Vintage view of Waldheim Chalet - Cradle Mountain


Hobart, Australia

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371 views as at 9 January 2013

Featured in Cradle Mountain Group on 05/26/12

Taken with Panasonic Lumix DMC-FH1 point & shoot on 28 April 2012.
Colour and lighting adjustments and vintage texture painting in PSE 9.
Texture= Kim Klassen Paper1.

Waldheim Chalet was originally built between 1912 and the early 1920s. It was largely the vision and dedication of Gustav and Kate Weindorfer that led to both the construction of the chalet and the creation of the Cradle Mountain national park.

In 1910 Kate and Gustav each purchased 200 acres (81 ha) of land near Cradle Mountain. In 1912 Weindorfer began to build Waldheim using King Billy pine from the site and relying on the bush carpentry skills he had acquired from a short-term appointment of an experienced timber worker. As a horse and cart could approach no closer than 14 km, Weindorfer carried baths and stoves on his back. By 1919, after long campaigning by Gustav, the road had reached within one and a half kilometres of Waldheim.

The chalet was opened to visitors at Christmas 1912, who enjoyed the rustic simplicity of the draughty, incomplete building. The following summer, Waldheim had 25 guests.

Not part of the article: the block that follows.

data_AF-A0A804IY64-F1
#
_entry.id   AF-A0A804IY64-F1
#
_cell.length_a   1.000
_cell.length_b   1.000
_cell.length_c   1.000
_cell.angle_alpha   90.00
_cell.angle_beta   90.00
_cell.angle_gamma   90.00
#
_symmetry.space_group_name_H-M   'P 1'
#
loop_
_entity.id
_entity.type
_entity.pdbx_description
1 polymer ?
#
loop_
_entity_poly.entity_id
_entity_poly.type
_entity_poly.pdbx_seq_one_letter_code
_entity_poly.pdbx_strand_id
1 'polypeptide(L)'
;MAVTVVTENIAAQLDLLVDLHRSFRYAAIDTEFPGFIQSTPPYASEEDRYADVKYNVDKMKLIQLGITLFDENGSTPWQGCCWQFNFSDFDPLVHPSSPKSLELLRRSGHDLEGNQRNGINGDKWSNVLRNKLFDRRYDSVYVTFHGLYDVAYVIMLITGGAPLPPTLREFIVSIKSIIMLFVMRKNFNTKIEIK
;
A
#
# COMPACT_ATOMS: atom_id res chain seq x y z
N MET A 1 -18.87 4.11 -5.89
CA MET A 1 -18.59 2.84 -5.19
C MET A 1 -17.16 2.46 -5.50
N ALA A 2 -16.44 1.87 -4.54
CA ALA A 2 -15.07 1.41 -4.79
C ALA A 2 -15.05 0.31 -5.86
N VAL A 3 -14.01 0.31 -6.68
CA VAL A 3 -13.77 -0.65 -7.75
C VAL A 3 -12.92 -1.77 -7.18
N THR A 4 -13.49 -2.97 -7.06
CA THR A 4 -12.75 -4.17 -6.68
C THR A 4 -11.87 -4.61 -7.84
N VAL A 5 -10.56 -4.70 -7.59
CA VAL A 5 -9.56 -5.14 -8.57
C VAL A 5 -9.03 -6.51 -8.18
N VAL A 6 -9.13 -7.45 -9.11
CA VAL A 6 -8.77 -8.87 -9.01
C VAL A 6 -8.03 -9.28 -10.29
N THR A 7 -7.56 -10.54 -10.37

Gustav campaigned tirelessly to see the Cradle Mountain area reserved.
On 16 May 1922, an area of 158,000 acres (63,943 ha) from Cradle Mountain down to Lake St Clair was proclaimed a Scenic Reserve and Wildlife Sanctuary under the Scenery Preservation Act 1915.

It is now a World Heritage Listed Area.

As early as 1958 it became clear that the original chalet was becoming structurally unsound. In 1976, the National Parks and Wildlife Service demolished Waldheim and contracted a local builder, Ted Forster, to reconstruct the chalet as it has appeared at the time of Gustav’s death. Foster had been taught the skills of hand-splitting shingles by Gustav himself. Those materials that were sound were saved and used in the reconstruction, including most of the doors and the ceiling, the floor and one of the large spars in the living room. The original stables still exist, and are now used as the woodshed for the Waldheim cabins at the rear of the chalet.

Artwork Comments

  • Karen  Betts
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